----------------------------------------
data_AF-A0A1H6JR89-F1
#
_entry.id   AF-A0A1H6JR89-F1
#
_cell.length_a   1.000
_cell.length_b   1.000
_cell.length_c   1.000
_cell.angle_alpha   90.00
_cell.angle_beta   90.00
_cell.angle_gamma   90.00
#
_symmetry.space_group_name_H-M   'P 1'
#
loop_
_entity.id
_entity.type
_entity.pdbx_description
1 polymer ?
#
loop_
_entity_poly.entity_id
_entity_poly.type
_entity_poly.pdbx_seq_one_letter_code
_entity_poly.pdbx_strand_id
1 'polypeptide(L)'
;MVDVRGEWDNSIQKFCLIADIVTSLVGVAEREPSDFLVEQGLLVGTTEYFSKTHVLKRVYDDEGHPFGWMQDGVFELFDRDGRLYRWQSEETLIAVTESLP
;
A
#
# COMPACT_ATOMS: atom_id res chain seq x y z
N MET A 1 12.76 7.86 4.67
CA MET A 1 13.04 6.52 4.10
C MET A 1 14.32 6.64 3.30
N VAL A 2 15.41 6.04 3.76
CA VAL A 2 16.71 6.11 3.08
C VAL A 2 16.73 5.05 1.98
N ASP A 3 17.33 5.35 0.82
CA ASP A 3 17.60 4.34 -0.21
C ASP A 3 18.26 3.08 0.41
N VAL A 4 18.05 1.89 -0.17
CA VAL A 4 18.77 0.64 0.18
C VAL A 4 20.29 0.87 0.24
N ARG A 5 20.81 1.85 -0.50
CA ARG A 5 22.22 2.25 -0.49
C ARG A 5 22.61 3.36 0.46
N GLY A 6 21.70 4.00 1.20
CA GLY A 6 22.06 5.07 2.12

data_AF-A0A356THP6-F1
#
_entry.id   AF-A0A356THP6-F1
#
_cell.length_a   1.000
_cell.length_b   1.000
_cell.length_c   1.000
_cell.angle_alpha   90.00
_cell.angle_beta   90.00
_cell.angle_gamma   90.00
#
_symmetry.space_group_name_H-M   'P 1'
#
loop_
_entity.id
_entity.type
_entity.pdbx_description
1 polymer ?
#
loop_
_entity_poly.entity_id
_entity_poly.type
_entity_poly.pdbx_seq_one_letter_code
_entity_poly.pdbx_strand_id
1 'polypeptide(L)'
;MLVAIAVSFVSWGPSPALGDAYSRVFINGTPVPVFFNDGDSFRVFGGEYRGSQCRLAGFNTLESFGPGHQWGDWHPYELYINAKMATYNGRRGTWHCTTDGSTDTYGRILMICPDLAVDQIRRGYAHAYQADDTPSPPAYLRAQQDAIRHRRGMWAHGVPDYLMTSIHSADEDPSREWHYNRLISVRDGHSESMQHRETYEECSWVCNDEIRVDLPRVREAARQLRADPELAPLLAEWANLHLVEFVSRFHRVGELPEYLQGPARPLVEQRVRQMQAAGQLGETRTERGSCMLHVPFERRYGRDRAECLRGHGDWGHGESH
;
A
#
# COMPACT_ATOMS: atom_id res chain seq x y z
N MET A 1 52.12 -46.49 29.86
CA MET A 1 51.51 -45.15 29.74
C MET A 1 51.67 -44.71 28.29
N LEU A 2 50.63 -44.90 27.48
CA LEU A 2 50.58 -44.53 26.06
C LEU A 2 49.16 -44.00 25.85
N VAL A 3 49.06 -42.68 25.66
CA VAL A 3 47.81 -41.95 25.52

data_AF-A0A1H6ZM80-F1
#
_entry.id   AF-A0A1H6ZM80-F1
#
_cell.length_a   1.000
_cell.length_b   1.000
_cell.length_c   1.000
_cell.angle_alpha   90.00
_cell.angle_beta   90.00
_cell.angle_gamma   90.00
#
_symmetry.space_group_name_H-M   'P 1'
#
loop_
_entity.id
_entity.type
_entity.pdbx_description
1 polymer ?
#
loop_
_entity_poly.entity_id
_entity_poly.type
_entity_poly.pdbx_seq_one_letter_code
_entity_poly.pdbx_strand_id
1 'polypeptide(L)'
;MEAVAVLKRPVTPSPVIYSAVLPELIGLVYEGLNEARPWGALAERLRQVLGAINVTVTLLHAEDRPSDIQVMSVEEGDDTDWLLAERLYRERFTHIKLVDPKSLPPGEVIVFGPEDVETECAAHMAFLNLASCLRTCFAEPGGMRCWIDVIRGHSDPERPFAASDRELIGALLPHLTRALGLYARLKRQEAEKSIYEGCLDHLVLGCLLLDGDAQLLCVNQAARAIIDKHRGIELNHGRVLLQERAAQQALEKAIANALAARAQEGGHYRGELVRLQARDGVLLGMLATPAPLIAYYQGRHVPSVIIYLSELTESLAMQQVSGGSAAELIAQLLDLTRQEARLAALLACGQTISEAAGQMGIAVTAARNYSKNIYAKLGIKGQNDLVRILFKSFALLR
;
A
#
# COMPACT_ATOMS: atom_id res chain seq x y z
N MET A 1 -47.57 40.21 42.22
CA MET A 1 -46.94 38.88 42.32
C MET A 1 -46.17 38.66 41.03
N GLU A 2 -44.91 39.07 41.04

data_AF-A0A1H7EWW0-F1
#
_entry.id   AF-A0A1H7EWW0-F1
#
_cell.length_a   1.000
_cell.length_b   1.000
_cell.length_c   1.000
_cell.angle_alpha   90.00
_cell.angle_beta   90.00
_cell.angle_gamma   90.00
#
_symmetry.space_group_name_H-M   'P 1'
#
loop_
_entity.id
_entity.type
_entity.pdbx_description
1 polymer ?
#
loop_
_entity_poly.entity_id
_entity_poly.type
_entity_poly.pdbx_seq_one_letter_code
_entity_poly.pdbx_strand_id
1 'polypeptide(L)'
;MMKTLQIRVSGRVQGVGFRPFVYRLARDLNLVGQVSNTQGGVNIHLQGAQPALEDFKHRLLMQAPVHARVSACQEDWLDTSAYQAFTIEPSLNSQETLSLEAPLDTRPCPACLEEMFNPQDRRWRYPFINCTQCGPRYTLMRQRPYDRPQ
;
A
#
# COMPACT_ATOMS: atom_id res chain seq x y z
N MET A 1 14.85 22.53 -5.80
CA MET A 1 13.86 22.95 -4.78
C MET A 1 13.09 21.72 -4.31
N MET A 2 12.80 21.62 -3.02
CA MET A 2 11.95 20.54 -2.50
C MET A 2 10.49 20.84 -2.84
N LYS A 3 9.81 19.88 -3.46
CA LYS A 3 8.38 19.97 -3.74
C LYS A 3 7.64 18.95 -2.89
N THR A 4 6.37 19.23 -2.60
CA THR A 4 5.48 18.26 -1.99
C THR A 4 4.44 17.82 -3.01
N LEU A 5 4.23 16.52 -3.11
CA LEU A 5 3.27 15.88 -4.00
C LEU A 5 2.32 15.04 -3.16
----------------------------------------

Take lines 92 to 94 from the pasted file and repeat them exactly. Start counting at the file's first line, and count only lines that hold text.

_cell.length_c   1.000
_cell.angle_alpha   90.00
_cell.angle_beta   90.00